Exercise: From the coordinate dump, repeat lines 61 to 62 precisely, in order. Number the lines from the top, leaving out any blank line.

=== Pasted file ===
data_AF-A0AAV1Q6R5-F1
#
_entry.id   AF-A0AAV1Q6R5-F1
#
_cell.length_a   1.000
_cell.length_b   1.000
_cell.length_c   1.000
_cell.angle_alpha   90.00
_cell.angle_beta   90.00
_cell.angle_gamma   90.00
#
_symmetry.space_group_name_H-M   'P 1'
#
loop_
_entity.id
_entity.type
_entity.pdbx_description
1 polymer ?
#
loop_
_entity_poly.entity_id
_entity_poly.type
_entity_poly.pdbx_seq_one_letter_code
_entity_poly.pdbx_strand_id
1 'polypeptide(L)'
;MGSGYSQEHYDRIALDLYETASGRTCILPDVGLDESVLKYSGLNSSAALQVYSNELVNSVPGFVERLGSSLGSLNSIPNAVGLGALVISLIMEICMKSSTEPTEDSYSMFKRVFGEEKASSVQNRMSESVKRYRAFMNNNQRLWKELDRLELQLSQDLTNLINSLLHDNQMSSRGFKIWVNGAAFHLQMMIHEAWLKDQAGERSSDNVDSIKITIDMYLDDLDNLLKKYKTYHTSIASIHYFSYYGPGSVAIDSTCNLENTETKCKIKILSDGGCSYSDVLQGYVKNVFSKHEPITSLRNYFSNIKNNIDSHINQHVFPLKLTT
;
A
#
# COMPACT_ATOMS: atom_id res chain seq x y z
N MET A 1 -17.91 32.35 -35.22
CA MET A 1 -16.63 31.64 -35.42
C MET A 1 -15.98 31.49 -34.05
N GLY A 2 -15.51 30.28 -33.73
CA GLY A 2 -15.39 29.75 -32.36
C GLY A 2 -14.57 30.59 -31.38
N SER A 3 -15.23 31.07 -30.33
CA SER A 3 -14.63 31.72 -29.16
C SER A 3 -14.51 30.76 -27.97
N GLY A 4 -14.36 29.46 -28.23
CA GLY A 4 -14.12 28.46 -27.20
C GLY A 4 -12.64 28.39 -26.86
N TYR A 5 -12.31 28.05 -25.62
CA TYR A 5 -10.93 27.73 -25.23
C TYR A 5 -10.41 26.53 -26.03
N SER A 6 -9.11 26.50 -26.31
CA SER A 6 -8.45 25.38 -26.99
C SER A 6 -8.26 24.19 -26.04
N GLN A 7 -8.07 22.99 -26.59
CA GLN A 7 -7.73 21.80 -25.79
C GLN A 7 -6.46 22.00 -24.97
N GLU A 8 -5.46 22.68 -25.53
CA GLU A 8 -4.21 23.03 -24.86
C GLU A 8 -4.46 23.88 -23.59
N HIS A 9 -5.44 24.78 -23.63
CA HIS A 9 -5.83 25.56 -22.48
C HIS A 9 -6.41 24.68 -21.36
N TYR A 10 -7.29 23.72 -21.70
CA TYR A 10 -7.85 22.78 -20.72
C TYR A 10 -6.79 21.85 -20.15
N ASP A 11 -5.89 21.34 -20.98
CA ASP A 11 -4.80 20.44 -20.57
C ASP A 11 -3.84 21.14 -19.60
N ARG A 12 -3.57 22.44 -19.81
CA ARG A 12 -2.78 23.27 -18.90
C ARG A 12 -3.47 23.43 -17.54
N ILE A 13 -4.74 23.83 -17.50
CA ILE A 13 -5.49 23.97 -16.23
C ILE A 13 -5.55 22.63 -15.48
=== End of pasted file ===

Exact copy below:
N ASP A 11 -5.89 21.34 -20.98
CA ASP A 11 -4.80 20.44 -20.57